There has been a lot of confusion when it comes to the durometer Shore hardness scale over the years. Some people think it’s a measure of how flexible a part is, and people don’t understand how important the topic is.
To help answer your questions, take a look at our guide about the durometer Shore hardness scale. We’ll cover this topic and explain everything that you need to know about it.
How is Material Hardness Measured?
When it comes to the hardness of different materials, a Shore hardness scale is typically used. Rather than using arbitrary descriptors to say how soft or hard a material is, you can use a value on a Shore scale.
This allows people to understand exactly what an object feels like without physically touching it.
The Different Scales
There are actually 12 different scales to measure durometer. However, most mold makers only deal with three of these: 00, A, and D.
Despite the scales being different, a lot of them span across the same range. For instance, a Shore hardness of 95 on the A scale is the same as a 45 on the D scale.
Shore 00 is the softest of the three. It’s reserved for very soft rubbers and gels like a gel shoe insole or gummy bear.
Shore A ranges from soft to extra hard. People use this scale mostly for flexible rubbers like rubber bands, pencil erasers, and tire treads. On the firmer end of this scale, you’ll find products like shopping cart wheels.
Shore D starts in the medium hard range and goes up to extra hard materials. Materials in this category are rubbers, hard plastics, and semi-rigid plastics. For example, a safety hardhat and a shoe’s rubber heel both fall under a Shore D scale.
Physically Testing for Durometer
The hardness of a material is simply how much resistance a material has when it comes to being indented. It doesn’t have to do with how squishy or flexible a material is (although these are both byproducts of indentation resilience).
So, how do you test a material for its durometer? You try to indent it.
Most people use a Shore Hardness Gauge for this test. It has a needle that’s connected to some sort of force gauge and spring. The needle is placed on top of the material you’re looking to test. The spring will depress the needle while the force gauge measures how much force is required to indent the material.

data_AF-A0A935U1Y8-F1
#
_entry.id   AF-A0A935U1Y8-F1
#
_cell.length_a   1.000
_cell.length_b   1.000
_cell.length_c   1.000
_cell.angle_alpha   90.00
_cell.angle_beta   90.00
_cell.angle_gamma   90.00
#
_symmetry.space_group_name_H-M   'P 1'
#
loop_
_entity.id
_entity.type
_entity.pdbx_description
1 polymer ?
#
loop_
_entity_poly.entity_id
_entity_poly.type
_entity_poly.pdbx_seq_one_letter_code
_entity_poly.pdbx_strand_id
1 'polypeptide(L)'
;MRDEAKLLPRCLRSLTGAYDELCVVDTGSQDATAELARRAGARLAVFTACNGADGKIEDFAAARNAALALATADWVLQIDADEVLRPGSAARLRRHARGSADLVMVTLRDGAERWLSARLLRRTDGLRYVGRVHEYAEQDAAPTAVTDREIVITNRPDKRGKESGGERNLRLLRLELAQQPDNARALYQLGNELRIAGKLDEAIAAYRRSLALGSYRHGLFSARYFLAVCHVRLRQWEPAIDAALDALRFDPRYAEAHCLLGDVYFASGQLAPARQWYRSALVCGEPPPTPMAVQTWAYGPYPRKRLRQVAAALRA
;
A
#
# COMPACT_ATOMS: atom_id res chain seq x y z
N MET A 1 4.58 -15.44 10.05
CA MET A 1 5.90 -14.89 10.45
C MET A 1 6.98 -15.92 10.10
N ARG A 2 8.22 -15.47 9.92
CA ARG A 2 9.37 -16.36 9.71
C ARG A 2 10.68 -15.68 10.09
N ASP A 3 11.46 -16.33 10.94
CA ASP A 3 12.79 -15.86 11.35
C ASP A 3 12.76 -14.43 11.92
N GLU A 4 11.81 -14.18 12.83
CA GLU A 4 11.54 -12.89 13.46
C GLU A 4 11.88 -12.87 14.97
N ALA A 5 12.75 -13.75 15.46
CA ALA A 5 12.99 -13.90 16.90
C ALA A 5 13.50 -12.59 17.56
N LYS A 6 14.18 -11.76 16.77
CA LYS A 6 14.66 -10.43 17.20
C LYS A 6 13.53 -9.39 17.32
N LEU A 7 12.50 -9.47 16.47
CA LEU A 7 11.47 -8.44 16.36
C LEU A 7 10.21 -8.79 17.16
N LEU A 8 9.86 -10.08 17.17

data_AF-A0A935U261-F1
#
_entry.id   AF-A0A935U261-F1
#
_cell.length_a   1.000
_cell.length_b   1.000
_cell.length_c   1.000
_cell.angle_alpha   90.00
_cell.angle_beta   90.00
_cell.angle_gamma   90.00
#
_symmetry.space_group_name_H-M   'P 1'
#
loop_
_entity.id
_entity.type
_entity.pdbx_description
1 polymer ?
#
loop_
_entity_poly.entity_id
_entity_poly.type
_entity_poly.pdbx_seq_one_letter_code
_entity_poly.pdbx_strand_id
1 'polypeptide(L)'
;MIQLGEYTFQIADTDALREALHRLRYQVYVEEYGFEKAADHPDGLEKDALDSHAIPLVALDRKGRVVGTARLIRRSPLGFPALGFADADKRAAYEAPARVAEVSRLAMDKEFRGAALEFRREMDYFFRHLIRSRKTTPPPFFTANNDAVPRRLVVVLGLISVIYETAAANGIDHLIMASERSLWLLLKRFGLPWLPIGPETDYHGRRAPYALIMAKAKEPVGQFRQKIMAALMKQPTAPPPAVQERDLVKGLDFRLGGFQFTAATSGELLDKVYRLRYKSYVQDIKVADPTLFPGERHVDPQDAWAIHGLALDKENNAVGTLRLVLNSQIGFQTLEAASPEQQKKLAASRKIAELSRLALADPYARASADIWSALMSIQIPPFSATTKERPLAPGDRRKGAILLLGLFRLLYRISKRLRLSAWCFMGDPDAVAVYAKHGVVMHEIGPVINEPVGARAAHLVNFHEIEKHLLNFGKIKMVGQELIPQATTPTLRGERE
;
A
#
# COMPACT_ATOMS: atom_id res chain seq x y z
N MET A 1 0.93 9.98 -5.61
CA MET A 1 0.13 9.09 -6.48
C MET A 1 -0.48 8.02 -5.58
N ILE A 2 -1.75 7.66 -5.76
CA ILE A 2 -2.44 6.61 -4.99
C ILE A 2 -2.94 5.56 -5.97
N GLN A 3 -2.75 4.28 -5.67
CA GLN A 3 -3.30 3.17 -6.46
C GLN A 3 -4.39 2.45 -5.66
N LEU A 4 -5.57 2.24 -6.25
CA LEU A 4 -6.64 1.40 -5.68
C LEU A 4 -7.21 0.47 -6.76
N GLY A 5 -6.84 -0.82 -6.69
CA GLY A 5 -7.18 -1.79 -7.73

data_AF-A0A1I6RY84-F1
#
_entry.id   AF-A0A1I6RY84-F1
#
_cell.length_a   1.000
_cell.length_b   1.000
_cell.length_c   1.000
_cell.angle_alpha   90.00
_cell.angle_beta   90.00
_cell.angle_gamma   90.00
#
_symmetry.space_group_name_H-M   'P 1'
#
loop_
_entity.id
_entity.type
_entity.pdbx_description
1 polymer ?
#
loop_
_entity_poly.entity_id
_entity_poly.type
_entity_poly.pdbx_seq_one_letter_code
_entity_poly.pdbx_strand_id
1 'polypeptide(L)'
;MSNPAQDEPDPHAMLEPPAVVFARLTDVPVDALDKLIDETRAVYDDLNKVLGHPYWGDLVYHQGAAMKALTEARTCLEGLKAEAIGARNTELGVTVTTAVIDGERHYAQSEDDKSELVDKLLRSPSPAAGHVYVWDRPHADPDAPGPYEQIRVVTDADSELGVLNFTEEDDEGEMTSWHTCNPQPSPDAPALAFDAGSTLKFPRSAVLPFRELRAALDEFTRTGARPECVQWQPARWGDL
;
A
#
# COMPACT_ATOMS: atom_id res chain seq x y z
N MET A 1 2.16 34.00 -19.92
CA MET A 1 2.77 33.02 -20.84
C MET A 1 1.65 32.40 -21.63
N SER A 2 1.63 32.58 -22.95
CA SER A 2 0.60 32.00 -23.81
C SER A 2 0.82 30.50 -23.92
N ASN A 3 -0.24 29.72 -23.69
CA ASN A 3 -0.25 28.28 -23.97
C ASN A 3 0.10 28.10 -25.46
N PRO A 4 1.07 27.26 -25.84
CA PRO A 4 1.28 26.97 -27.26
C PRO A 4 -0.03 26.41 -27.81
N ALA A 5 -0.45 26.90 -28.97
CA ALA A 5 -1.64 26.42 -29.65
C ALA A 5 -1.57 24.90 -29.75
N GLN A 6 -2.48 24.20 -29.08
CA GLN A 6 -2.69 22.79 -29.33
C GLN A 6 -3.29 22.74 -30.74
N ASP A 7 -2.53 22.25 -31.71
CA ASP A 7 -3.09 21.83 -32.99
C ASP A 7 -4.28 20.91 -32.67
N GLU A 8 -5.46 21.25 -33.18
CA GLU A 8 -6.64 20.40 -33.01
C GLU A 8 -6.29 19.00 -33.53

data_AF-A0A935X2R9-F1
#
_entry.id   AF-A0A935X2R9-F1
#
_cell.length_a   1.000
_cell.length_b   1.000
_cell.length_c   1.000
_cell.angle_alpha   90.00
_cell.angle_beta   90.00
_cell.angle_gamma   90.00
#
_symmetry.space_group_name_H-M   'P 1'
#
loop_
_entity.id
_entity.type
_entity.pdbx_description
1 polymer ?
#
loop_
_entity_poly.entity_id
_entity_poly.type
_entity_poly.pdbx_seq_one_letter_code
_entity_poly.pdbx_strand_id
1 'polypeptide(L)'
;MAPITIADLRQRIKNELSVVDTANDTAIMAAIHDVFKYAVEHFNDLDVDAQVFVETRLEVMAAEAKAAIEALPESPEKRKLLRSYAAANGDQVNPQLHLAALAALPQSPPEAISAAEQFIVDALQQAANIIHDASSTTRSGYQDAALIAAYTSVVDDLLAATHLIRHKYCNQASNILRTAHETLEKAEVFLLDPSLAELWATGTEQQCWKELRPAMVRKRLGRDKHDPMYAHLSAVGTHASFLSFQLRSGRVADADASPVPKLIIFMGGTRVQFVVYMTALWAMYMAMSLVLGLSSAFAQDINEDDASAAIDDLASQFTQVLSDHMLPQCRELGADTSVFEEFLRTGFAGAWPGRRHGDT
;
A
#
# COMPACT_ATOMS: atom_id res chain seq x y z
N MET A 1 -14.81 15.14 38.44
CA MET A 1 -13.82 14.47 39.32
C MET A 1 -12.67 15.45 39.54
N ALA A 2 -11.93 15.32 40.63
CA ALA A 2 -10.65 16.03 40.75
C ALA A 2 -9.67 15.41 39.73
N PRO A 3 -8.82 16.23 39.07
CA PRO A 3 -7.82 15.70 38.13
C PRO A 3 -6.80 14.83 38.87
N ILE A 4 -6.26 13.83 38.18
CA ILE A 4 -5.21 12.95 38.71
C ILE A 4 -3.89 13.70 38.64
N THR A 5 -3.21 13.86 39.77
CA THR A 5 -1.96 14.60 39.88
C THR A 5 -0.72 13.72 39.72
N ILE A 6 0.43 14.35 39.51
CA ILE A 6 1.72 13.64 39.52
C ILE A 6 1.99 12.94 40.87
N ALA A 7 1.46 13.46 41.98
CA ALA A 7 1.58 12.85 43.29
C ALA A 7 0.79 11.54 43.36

The less force required to indent the material, the lower the material’s durometer level is. For instance, a gummy bear on the Shore 00 scale will register a significantly lower indentation force than a safety hardhat on the Shore D scale.
The Importance of Shore Hardness to a Mold Maker
This idea is important when it comes to mass-producing products, especially when it’s a molded part. Higher durometers come with less flexibility than lower durometer materials.
Material selection is a big deal. If you’re making parts that are narrow and require flexibility, you’ll typically go with parts that are lower on the Shore hardness scale.
In addition, a mold maker will have to think about extracting the part from the mold. Again, parts that are higher on the Shore hardness scale would be harder to extract from a mold without breaking something.
This doesn’t mean that it’s impossible to use high durometer materials. They’re typically just reserved for flat options that don’t require a lot of flex. The mold life is typically longer for parts with a high Shore hardness.
This is largely thanks to the abrasion resistance you find in a 70A urethane rubber, for example.
Understanding the durometer Shore hardness scale is the first step to making the perfect mold. If you’d like to learn more about this topic or get started with a urethane casting today, reach out to our team at Rapid Axis. We have the experience required to deliver exceptional parts of varying Shore hardnesses.